Housing costs. Child care costs. Utility bills. Food.
These are just a few of the items in our recent statewide child care poll that families say they would use the Empire State Child Credit toward if they were to receive it – all expenses that would help families cover basic needs.
But 63% of parents said they had heard nothing or little about the Empire State Child Credit, highlighting the need for New York State leaders to ensure that families are aware of the credit and how to see if they qualify for it and how to apply.
As it stands currently, the Empire State Child Tax Credit policy excludes young children under 4 and its phase-in structure reduces the credit amount for children in families experiencing deep poverty – meaning families earning below $9,667 are ineligible to receive the full ESCC amount.
The expansion of the 2021 federal Child Tax Credit — which increased the amount for children under six from $2,000 to $3,600 and for children aged 6-17 from $2,000 to $3,000 — reached more than 3.5 million New York children and helped lift their families out of poverty. And as many parents reported they’d use the ESCC for basic needs, many families nationwide confirmed that they used the federal credit toward the same expenses to support healthy growth and development in infants and toddlers such as food, clothing, housing, rent, and utilities.
The federal Child Tax Credit — along with an updated Empire State Child Credit — clearly can help families provide for their infants and toddlers. Added together, the combination could be an even more powerful tool to lift children out of poverty.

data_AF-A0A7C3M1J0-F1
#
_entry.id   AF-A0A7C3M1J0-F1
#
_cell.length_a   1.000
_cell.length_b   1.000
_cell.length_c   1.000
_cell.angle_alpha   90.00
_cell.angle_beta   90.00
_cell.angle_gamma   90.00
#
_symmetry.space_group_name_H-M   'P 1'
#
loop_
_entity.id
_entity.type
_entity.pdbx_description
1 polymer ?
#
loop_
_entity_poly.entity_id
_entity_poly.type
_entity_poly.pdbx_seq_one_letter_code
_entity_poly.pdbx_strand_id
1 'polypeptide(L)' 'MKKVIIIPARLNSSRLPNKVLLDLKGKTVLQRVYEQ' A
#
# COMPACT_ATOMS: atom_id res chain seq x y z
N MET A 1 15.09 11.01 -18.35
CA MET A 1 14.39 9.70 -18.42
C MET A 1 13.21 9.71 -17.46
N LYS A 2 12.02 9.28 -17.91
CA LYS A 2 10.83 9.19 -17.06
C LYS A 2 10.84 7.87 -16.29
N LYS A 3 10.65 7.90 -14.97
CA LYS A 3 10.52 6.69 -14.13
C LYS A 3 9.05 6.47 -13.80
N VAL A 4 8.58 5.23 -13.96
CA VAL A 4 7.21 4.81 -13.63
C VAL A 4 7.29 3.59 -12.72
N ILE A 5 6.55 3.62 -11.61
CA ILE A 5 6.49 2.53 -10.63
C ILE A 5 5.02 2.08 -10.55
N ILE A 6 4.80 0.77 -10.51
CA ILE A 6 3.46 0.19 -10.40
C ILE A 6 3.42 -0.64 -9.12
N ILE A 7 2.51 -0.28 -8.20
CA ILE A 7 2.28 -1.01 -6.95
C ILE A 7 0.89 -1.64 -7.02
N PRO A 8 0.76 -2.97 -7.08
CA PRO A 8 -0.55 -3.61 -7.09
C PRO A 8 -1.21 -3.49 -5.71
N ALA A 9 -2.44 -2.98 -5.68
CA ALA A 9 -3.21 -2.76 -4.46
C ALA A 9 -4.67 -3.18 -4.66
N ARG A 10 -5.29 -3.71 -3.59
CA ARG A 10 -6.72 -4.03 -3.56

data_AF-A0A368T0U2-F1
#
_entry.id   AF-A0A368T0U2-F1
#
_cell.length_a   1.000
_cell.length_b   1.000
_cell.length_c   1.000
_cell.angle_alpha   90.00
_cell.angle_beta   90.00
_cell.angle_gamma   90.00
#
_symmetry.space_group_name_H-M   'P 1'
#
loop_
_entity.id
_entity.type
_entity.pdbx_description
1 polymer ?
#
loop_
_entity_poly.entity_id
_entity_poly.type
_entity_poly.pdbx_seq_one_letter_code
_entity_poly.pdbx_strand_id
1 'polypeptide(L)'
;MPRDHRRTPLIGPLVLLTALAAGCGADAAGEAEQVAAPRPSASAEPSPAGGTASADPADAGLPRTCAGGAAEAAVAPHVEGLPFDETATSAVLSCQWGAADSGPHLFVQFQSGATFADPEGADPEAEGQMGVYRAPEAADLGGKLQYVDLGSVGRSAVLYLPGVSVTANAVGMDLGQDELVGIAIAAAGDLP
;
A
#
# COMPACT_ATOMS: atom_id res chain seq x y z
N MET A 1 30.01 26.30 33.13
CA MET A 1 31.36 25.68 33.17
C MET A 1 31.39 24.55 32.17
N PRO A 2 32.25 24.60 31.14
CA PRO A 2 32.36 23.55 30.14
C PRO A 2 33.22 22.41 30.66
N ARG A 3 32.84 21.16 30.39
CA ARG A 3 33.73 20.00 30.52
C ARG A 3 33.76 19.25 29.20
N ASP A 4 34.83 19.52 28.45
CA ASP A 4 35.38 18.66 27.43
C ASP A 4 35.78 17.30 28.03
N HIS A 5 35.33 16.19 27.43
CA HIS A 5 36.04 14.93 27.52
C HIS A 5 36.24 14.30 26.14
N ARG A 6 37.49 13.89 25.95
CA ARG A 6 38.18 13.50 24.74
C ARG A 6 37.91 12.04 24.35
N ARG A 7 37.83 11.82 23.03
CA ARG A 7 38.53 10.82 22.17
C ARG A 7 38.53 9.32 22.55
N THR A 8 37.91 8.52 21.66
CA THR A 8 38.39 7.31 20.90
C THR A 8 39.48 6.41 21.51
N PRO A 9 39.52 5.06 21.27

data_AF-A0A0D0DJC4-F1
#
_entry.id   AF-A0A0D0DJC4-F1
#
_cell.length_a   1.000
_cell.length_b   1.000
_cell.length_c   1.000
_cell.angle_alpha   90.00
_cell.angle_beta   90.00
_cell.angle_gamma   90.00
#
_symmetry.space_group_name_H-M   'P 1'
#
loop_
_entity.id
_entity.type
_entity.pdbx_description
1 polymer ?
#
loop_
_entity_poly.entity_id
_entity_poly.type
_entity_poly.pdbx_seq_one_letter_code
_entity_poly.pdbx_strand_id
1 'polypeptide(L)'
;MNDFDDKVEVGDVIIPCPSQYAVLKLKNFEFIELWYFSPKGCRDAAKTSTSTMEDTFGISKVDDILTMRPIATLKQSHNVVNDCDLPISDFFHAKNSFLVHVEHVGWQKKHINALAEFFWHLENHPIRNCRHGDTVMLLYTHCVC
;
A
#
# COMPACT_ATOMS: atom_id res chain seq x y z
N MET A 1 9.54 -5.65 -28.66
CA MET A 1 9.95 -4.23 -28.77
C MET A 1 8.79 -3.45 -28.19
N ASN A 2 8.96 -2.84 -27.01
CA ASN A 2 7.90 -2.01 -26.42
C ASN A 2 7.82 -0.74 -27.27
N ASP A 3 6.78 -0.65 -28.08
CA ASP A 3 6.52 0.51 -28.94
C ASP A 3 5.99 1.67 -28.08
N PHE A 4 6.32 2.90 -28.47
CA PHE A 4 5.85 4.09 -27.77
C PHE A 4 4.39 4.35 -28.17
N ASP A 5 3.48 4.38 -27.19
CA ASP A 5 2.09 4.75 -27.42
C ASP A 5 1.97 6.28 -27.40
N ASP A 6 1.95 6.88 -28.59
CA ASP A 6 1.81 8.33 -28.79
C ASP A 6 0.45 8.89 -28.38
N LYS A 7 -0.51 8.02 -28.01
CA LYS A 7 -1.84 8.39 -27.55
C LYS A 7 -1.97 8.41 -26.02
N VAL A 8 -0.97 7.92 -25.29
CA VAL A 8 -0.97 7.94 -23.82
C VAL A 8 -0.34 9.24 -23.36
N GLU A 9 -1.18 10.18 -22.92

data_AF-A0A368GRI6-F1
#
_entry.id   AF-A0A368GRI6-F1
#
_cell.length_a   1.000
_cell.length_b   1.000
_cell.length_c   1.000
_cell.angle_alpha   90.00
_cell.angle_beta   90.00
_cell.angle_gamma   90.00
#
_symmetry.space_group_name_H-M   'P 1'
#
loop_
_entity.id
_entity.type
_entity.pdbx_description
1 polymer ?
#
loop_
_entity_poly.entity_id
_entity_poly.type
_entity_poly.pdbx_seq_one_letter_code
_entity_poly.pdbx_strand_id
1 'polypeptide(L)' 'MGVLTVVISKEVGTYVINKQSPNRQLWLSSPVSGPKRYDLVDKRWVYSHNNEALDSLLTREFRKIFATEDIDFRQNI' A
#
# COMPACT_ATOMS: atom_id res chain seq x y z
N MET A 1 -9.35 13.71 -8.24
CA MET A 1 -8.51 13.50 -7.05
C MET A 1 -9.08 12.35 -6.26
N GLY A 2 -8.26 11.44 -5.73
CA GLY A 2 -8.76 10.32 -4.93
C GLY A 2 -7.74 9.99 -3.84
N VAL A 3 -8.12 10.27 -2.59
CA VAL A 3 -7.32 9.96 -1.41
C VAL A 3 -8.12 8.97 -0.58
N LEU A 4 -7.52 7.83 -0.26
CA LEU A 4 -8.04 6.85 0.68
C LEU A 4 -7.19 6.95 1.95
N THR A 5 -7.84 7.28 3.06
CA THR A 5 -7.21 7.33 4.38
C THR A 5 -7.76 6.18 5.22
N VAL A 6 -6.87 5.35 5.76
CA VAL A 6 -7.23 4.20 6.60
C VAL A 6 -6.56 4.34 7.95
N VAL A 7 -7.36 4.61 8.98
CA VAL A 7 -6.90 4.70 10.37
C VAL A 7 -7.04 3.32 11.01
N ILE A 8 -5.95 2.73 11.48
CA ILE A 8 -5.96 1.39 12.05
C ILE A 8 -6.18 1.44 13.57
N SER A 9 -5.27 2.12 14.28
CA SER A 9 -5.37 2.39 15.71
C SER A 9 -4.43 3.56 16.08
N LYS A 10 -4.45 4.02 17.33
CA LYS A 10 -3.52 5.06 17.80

Advocates across the Raising NY coalition agree more can be done in supporting our youngest New Yorkers – including continuing the federal Expanded Child Tax Credit, reforming the Empire State Child Credit to include children under 4, increasing the per-child credit amount for all who are eligible and access to the tax credit, and eliminating the income-phase in.
Unfortunately, as Congress did not extend an Expanded Child Tax Credit for 2022, New York is critically overdue to expand and strengthen its child tax credit to make it a transformative tool for tackling the state’s persistent child poverty problem. Having more funds for basic expenses can help reduce the devastating effects of chronic stress on growing families and put more New Yorkers on the path to economic stability.
A new bill proposed — the New York State Working Families Tax Credit —would increase the state child tax credit program to $1,500 per child from $500 regardless of income or citizenship status, expand eligibility to children under 4 and to families regardless, which is in line with many of our recommendations in our recent report on the state child tax credit. With this new system, families with one to three children would receive on average $1,090 more than they currently do.
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*Edited December 13, 2022, to include the New York State Working Families Tax Credit bill proposal.